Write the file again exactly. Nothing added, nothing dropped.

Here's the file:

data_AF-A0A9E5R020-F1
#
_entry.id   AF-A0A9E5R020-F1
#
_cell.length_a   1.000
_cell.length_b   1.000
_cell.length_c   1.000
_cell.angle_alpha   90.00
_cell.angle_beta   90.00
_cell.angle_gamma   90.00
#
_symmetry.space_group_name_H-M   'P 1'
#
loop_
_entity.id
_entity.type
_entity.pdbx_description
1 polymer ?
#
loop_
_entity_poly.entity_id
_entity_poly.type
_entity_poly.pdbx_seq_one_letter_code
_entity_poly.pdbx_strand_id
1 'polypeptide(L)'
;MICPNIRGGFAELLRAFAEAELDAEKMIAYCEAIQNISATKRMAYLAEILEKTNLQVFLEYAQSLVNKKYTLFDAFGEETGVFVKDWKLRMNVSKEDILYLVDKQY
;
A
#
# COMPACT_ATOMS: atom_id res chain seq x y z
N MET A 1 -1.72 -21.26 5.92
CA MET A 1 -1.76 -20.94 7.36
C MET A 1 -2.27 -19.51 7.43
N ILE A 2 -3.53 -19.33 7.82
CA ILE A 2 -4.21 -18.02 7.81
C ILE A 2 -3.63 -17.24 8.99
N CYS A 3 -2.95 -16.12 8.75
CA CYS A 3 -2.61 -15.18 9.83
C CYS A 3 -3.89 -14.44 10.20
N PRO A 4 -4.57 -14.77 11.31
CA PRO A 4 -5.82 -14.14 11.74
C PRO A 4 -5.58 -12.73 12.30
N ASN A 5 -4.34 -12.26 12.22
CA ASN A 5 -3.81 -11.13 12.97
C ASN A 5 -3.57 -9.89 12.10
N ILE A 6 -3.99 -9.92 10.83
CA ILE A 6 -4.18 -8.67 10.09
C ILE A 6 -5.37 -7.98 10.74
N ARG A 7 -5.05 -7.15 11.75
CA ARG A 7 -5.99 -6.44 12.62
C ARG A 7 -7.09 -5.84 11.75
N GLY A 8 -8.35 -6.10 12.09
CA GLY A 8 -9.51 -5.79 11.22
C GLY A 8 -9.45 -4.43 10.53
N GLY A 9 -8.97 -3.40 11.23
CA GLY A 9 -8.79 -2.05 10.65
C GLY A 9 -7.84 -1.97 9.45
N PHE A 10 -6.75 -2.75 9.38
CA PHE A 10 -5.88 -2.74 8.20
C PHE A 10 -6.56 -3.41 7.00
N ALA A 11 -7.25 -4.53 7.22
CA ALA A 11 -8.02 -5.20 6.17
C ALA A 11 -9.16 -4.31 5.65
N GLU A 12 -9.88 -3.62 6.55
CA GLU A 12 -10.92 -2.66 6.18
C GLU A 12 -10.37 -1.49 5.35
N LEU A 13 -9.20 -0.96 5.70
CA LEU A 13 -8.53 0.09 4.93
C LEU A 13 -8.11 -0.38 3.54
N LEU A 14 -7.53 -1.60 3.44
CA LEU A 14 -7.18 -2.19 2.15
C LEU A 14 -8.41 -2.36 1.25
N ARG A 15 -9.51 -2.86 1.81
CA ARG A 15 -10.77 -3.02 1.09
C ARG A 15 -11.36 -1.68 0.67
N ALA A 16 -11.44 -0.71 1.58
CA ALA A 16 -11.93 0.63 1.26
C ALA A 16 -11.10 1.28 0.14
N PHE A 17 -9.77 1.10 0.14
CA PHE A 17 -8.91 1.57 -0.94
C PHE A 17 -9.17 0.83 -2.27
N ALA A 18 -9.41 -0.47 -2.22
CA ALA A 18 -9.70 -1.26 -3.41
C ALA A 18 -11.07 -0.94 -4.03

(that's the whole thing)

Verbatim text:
data_AF-A0A9E5R020-F1
#
_entry.id   AF-A0A9E5R020-F1
#
_cell.length_a   1.000
_cell.length_b   1.000
_cell.length_c   1.000
_cell.angle_alpha   90.00
_cell.angle_beta   90.00
_cell.angle_gamma   90.00
#
_symmetry.space_group_name_H-M   'P 1'
#
loop_
_entity.id
_entity.type
_entity.pdbx_description
1 polymer ?
#
loop_
_entity_poly.entity_id
_entity_poly.type
_entity_poly.pdbx_seq_one_letter_code
_entity_poly.pdbx_strand_id
1 'polypeptide(L)'
;MICPNIRGGFAELLRAFAEAELDAEKMIAYCEAIQNISATKRMAYLAEILEKTNLQVFLEYAQSLVNKKYTLFDAFGEETGVFVKDWKLRMNVSKEDILYLVDKQY
;
A
#
# COMPACT_ATOMS: atom_id res chain seq x y z
N MET A 1 -1.72 -21.26 5.92
CA MET A 1 -1.76 -20.94 7.36
C MET A 1 -2.27 -19.51 7.43
N ILE A 2 -3.53 -19.33 7.82
CA ILE A 2 -4.21 -18.02 7.81
C ILE A 2 -3.63 -17.24 8.99
N CYS A 3 -2.95 -16.12 8.75
CA CYS A 3 -2.61 -15.18 9.83
C CYS A 3 -3.89 -14.44 10.20
N PRO A 4 -4.57 -14.77 11.31
CA PRO A 4 -5.82 -14.14 11.74
C PRO A 4 -5.58 -12.73 12.30
N ASN A 5 -4.34 -12.26 12.22
CA ASN A 5 -3.81 -11.13 12.97
C ASN A 5 -3.57 -9.89 12.10
N ILE A 6 -3.99 -9.92 10.83
CA ILE A 6 -4.18 -8.67 10.09
C ILE A 6 -5.37 -7.98 10.74
N ARG A 7 -5.05 -7.15 11.75
CA ARG A 7 -5.99 -6.44 12.62
C ARG A 7 -7.09 -5.84 11.75
N GLY A 8 -8.35 -6.10 12.09
CA GLY A 8 -9.51 -5.79 11.22
C GLY A 8 -9.45 -4.43 10.53
N GLY A 9 -8.97 -3.40 11.23
CA GLY A 9 -8.79 -2.05 10.65
C GLY A 9 -7.84 -1.97 9.45
N PHE A 10 -6.75 -2.75 9.38
CA PHE A 10 -5.88 -2.74 8.20
C PHE A 10 -6.56 -3.41 7.00
N ALA A 11 -7.25 -4.53 7.22
CA ALA A 11 -8.02 -5.20 6.17
C ALA A 11 -9.16 -4.31 5.65
N GLU A 12 -9.88 -3.62 6.55
CA GLU A 12 -10.92 -2.66 6.18
C GLU A 12 -10.37 -1.49 5.35
N LEU A 13 -9.20 -0.96 5.70
CA LEU A 13 -8.53 0.09 4.93
C LEU A 13 -8.11 -0.38 3.54
N LEU A 14 -7.53 -1.60 3.44
CA LEU A 14 -7.18 -2.19 2.15
C LEU A 14 -8.41 -2.36 1.25
N ARG A 15 -9.51 -2.86 1.81
CA ARG A 15 -10.77 -3.02 1.09
C ARG A 15 -11.36 -1.68 0.67
N ALA A 16 -11.44 -0.71 1.58
CA ALA A 16 -11.93 0.63 1.26
C ALA A 16 -11.10 1.28 0.14
N PHE A 17 -9.77 1.10 0.14
CA PHE A 17 -8.91 1.57 -0.94
C PHE A 17 -9.17 0.83 -2.27
N ALA A 18 -9.41 -0.47 -2.22
CA ALA A 18 -9.70 -1.26 -3.41
C ALA A 18 -11.07 -0.94 -4.03